“I loved your performance in the school play! You are a talented actor.”

2. Compliments on appearance, style, or personal taste in possessions

Because we see people every day at work, school, or even on the street, we obviously notice their physical appearance.

It’s common to compliment another person’s haircut or hairstyle, or mention something about his or her clothing or accessories.

Similarly, you can also compliment someone’s personal taste with regards to possessions such as his or her bike, car, or motorcycle, or the person’s house or apartment, including furniture and decorations within it.

Here are some examples of these types of compliments:

  • “You look amazing. Where’d you get that dress?”
  • “I love your hair. It really flatters your face.”
  • “That’s such a pretty scarf. You have great taste.”
  • “What a nice bike! Where’d you get it?”
  • “I really like that desk. It looks great in this space.”

3. Compliments on personal qualities or personality characteristics

Besides complimenting someone’s skills and abilities or their personal taste, you can also mention personal qualities or personality characteristics that you admire.

In American culture, people tend to value being positive, optimistic, or happy, so that’s a good place to start.

You can also compliment someone’s attitude, approach, or ability to stay calm, be motivated, or be hard-working.

Let’s look at some examples:

  • “You’re always so happy. It always cheers me up.”
  • “You’re such a hard-working person. I admire you.”
  • “I’m impressed that you were able to stay so calm in the meeting. What’s your secret?”

4. Indirect Compliments

In addition, we may give an indirect compliment. An indirect compliment is when we tell a parent that we admire his or her child’s achievement or characteristic, or we tell our friend that we think her boyfriend is a really talented cook. You can also compliment someone’s dog, cat, or other type of pet!

Indirect compliments are a nice way to give a compliment because they suggest that the parent raised her child well or that your friend has good taste in a romantic partner.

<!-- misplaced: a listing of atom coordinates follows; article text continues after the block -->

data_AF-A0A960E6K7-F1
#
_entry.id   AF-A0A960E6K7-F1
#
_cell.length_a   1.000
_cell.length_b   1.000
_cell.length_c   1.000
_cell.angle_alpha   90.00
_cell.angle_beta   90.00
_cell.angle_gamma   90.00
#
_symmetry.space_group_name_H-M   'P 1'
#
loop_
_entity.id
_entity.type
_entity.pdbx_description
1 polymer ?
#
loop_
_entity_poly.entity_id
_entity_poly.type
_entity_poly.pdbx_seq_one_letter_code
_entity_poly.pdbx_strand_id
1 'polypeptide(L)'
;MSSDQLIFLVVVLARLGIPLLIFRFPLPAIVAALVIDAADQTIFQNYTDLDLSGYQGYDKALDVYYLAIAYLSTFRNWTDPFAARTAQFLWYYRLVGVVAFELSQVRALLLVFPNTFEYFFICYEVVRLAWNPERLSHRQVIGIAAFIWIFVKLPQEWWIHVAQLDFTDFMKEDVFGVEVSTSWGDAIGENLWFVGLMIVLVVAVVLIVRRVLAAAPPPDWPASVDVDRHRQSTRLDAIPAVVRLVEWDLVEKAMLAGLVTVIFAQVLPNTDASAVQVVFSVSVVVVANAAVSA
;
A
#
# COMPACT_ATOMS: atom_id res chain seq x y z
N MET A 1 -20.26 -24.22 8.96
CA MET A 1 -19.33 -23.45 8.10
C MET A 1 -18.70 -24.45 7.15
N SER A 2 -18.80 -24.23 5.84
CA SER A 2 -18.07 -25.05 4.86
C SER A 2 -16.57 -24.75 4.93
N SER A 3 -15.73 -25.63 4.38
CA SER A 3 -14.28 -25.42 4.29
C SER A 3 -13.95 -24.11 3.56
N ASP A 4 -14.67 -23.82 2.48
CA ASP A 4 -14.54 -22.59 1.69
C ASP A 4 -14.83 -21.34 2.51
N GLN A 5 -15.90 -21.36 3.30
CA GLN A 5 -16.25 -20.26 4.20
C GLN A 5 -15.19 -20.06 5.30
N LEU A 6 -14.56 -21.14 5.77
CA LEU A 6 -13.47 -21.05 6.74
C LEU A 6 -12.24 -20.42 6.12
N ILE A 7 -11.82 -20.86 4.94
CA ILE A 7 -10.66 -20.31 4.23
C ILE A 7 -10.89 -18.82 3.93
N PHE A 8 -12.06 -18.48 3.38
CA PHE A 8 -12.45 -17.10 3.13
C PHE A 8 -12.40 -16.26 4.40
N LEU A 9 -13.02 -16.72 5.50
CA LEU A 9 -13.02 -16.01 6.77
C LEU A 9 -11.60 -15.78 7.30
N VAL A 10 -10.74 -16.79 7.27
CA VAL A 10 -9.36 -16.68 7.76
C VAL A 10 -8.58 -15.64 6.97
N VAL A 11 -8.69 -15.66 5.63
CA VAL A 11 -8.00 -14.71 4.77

It’s also a little less embarrassing to compliment a person who isn’t physically present, so it’s a good way to practice giving compliments.

  • “Your child is such a good student. Congratulations on raising him well!”
  • “Your girlfriend is so friendly! Everyone loves talking to her.”
  • “Your dog is adorable! What breed is she?”

Common Phrases Used to Give Compliments

Here are some standard expressions for giving compliments:

I really like / love your (possession/object).

Example: I love your bookcase! Where’d you get it?

Your (noun) is/looks (intensifier) (adjective).

Example: Your hair looks so shiny. What product do you use?

That’s (such) a (adjective) (noun).

Example: That’s such a pretty necklace! You have great taste.

What a (adjective) (noun)!

Example: What a cool cell phone. I’ve never seen one like that.

You have a (adjective) (noun).

Examples: You have a great apartment. OR You have beautiful eyes.

You (really) did a (great / amazing / fantastic / awesome / excellent) job on that (presentation / project / assignment / test).

Example: You did an excellent job on that presentation. I now understand the research goals of the project.

You look (adjective).

Example: You look so radiant. What’s your secret?

Where did you get your…?

Example: Where did you get your watch? I love it. It’s so elegant.

Great (noun)!

Example: Great job / game / presentation!

Nice (noun)!

Examples: Great watch / car / save (in sports).

You have a great (characteristic).

Examples: You have a great memory / attitude / outlook / sense of style / work ethic.

You have great (noncount noun).

Example: You have great taste / style.

That (noun) looks good on you.

Example: Those shoes look great on you. You look so tall.

Giving Congratulations

If you want to compliment someone by giving congratulations on a job well done or a major change in his or her life, you can use some of these common phrases: